In recent years China has made sweeping forays into parts of the world where economic and diplomatic opportunities abound, not least the African continent. Meanwhile, China has long attracted African migrants seeking to make their fortune, with the port city of Guangzhou a particularly compelling destination for people hoping to run lucrative businesses.
But now the long-term future of Guangzhou’s ‘Little Africa’ looks shaky amid an ongoing immigration crackdown focusing heavily on those from Africa. Visa requirements for people from African nations are more stringent than for those from other parts of the world, and often confusingly applied – leaving many in legal limbo.
Many Africans say xenophobia is at the root of the immigration clampdown and that it is another facet of the everyday racism they face in China. The racial abuse that black people in China face runs the gamut – from being merely tolerated by disgruntled local people, through being actively marginalised or seen as ‘exotic’, to the extremes of being called ‘dirty’ and ‘diseased’.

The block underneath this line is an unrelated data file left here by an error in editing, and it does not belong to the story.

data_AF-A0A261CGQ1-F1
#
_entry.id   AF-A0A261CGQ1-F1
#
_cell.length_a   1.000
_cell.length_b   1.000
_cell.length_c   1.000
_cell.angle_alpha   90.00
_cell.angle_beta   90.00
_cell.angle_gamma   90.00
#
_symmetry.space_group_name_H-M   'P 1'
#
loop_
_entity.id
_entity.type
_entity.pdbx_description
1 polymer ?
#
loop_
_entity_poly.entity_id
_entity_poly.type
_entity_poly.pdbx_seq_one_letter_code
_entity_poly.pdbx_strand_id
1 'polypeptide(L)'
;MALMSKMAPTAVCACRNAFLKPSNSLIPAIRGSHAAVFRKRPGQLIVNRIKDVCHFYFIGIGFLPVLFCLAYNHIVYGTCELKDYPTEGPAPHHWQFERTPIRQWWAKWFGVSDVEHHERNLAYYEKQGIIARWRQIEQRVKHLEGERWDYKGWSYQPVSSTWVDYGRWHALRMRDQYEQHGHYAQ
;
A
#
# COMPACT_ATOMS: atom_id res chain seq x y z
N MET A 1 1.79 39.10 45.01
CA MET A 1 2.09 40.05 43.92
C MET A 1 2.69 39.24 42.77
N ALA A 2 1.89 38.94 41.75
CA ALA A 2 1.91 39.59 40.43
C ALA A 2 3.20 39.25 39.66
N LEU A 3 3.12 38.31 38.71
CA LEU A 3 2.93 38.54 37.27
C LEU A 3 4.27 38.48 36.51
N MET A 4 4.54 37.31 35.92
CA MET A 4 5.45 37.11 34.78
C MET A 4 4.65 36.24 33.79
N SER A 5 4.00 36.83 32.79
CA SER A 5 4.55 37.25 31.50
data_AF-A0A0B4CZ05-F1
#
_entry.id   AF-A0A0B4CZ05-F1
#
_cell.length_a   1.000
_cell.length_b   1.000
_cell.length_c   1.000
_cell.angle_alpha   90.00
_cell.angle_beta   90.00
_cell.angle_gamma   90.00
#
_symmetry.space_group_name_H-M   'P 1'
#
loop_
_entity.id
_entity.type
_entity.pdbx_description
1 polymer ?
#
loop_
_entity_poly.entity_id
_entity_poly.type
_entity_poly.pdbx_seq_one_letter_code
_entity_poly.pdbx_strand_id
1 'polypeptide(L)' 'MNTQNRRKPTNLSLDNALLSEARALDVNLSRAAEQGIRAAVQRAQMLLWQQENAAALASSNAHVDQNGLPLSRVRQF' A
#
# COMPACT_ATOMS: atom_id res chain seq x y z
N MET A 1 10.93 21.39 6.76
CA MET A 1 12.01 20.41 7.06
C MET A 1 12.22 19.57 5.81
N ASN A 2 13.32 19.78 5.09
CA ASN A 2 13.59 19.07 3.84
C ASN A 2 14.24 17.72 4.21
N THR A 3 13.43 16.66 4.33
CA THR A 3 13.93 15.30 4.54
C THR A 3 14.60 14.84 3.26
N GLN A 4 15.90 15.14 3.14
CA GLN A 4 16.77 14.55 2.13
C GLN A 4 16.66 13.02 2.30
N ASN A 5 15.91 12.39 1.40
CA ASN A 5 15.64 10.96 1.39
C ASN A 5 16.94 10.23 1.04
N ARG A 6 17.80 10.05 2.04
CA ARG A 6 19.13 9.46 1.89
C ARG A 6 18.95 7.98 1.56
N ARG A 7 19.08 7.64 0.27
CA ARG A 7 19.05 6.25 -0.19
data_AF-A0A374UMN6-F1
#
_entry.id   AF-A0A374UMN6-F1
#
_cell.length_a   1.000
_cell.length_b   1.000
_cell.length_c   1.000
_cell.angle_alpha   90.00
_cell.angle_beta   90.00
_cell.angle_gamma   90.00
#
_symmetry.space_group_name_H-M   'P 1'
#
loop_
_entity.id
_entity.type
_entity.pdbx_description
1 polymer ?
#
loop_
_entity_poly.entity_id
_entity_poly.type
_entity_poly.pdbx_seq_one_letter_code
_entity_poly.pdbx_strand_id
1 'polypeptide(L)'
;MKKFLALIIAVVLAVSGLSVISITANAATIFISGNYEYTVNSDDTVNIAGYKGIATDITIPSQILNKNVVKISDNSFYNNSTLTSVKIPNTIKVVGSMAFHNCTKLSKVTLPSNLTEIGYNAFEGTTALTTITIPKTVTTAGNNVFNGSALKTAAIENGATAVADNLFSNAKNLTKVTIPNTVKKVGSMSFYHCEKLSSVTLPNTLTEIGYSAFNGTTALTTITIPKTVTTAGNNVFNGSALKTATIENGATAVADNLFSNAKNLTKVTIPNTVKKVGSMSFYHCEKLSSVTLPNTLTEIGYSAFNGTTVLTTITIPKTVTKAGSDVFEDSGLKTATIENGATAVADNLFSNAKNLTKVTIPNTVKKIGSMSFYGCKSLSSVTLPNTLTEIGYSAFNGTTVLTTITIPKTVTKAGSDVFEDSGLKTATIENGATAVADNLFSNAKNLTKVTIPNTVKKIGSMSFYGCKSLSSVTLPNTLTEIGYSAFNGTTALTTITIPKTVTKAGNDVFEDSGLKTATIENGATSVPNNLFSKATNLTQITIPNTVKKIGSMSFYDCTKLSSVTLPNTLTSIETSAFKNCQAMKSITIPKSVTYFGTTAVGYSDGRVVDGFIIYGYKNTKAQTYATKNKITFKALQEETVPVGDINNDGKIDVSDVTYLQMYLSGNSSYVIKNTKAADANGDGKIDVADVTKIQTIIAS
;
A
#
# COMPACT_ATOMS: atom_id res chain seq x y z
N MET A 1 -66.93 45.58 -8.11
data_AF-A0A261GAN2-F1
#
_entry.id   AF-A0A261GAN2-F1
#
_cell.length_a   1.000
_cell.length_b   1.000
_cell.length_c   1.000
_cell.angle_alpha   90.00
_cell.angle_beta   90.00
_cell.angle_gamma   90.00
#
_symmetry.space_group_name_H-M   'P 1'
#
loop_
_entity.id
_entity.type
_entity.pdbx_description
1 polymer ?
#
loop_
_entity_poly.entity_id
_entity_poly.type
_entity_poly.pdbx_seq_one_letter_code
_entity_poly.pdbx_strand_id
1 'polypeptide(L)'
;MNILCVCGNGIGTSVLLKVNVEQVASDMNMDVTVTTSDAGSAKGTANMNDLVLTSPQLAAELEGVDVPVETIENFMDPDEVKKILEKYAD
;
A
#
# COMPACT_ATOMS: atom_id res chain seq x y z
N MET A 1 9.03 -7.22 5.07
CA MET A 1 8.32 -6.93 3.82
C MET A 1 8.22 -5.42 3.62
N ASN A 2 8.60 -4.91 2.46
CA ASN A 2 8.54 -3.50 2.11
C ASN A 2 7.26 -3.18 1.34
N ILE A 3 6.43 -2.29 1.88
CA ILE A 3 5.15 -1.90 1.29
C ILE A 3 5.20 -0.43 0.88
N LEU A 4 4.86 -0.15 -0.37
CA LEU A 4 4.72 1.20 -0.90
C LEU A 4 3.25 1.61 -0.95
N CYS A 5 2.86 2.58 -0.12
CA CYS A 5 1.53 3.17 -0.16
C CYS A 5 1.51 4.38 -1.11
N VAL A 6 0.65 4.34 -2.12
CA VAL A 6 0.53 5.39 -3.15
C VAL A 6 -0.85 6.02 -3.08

Black people from countries beyond Africa have also faced discrimination in major tourist destinations such as Beijing and Shanghai. Unwelcome stares, being pointed at, demands for photographs are a common experience. In some instances, black people have been prodded and touched without being asked, as if a curiosity. Meanwhile, the representation of black people within Chinese media remains problematic. Racist caricature within advertisements, television programming and art exhibitions has arrested attempts to foster inclusivity.
How can China make the experience of black visitors and residents more positive? We’ll ask that question in The Stream.
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